One source said that rumors are circulating in the industry that the central government will introduce policies this year to promote domestic installation of alternative energies such as solar.

But another industry official said that it may be two to three years before these policies are enacted and then another one to two years after the implementation of those policies before they generate meaningful domestic sales of photovoltaic systems.

He added that the central government wants local governments to speed up the creation of incentives.
"The mandate for the central government is... for the regional governments to really start to put in place incentives and subsidies and start to make that happen," the official said.

The central government has set a goal for renewable energy sources accounting for 10 pct of all energy consumed by the year 2010. Authorities are aiming to increase this to 16 pct by 2020.

An industry source said the mix would likely make hydro-electric capacity its top priority, followed by wind and solar.

"I think maybe it (the three- to five-year outlook for domestic Chinese solar sales) will be promising but no one knows for sure," another industry official added.

Wallace told XFN-Asia that wind will continue to dominate over solar electricity as solar energy costs roughly five to six thousand dollars per kilowatt (KW) to install while wind power costs significantly less at 1,000 to 1,500 usd per KW.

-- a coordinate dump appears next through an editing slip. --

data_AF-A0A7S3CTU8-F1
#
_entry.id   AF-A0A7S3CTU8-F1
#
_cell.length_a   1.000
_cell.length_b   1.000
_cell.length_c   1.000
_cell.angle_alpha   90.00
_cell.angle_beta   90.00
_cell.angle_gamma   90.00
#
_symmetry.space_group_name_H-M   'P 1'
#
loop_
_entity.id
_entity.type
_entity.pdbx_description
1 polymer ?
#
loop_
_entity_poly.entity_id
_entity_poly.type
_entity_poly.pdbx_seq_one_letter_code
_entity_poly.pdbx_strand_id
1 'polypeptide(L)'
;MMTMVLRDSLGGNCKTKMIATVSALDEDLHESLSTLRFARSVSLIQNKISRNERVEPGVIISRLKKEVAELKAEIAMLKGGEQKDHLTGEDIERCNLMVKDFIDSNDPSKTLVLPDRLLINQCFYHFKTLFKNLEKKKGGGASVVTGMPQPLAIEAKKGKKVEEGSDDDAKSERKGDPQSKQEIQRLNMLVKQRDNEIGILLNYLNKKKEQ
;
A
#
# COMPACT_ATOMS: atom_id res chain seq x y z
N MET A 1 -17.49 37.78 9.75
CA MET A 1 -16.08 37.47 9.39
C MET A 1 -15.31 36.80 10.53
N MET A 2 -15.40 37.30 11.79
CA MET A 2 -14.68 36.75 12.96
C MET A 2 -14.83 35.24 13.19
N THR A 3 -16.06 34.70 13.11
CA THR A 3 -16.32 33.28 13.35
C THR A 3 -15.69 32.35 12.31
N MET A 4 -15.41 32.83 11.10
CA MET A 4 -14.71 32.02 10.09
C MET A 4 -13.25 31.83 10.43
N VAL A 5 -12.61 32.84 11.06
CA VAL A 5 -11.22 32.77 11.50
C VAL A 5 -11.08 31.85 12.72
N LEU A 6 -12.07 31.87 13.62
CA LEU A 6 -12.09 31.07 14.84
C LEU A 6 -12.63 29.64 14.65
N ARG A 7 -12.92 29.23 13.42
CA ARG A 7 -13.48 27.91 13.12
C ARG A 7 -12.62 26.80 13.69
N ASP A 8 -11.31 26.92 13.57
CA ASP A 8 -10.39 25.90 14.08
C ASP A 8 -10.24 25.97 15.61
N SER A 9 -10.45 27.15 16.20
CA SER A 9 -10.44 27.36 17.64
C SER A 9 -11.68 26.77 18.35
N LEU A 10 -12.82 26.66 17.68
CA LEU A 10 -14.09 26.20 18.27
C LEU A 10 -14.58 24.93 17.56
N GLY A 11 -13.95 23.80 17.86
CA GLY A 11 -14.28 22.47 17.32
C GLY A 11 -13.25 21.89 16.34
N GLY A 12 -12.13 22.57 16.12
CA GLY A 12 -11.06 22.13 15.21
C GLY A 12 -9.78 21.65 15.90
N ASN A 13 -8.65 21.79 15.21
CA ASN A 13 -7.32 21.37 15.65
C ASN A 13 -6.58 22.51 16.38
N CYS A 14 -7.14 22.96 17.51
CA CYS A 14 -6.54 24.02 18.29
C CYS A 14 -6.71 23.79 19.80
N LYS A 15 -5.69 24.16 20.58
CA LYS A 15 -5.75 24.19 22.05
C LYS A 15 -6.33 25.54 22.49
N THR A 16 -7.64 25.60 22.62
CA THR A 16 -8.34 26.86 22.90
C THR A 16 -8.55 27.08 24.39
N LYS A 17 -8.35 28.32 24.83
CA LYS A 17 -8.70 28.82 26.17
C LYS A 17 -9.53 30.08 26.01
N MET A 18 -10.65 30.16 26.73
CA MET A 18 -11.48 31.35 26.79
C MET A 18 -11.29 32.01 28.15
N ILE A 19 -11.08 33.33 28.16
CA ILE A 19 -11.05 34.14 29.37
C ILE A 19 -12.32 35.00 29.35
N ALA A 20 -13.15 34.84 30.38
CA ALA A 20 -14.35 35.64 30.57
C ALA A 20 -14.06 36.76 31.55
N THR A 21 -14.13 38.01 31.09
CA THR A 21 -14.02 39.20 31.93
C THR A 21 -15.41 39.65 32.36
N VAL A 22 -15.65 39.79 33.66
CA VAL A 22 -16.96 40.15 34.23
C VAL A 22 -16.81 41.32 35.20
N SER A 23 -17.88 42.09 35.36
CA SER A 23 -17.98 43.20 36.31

"I think the main driver for photovoltaics right now is just the economy of scale. The manufacturing base is increasing, people are gearing up production, the market is expanding and there''s an actual cost and price reduction associated with that," Wallace said.

Chinese companies such as Nasdaq-listed Solarfun Power Holdings and JA Solar Holdings as well as BP SunOasis, a joint venture linking energy giant BP PLC and solar system integrator China Xinjiang SunOasis Co, are planning rapid capacity increases in 2007.

Solarfun had annual production capacity of 120 megawatts (MW) of PV cells and 60 MW of PV modules in 2006, said a research report from Morgan Stanley. The company plans to increase its capacity for cells and modules to 240 and 180 MW by the end of this year with further increases to 360 and 300 MW in 2008, the report said.

Similarly, Jinglong Group subsidiary JA Solar, a manufacturer of monocrystalline silicon-based PV cells that began commercial operations in April of last year, had a capacity of 75 MW in 2006. The Morgan Stanley report said the company will increase capacity by 100 MW this year.

And BP SunOasis told XFN-Asia in a telephone interview that it is also planning to boost production capacity.

However, market sources said that although the domestic market is growing, the capacity boosts are geared mostly toward international markets such as the US and Europe, where policy incentives continue to spur consumption.

"You''ll continue to see growth in the base-line market, which is the commercial market, and this is telecommunications, cathodic protection for pipelines, other industrial type applications - for railroads and so forth," Wallace said.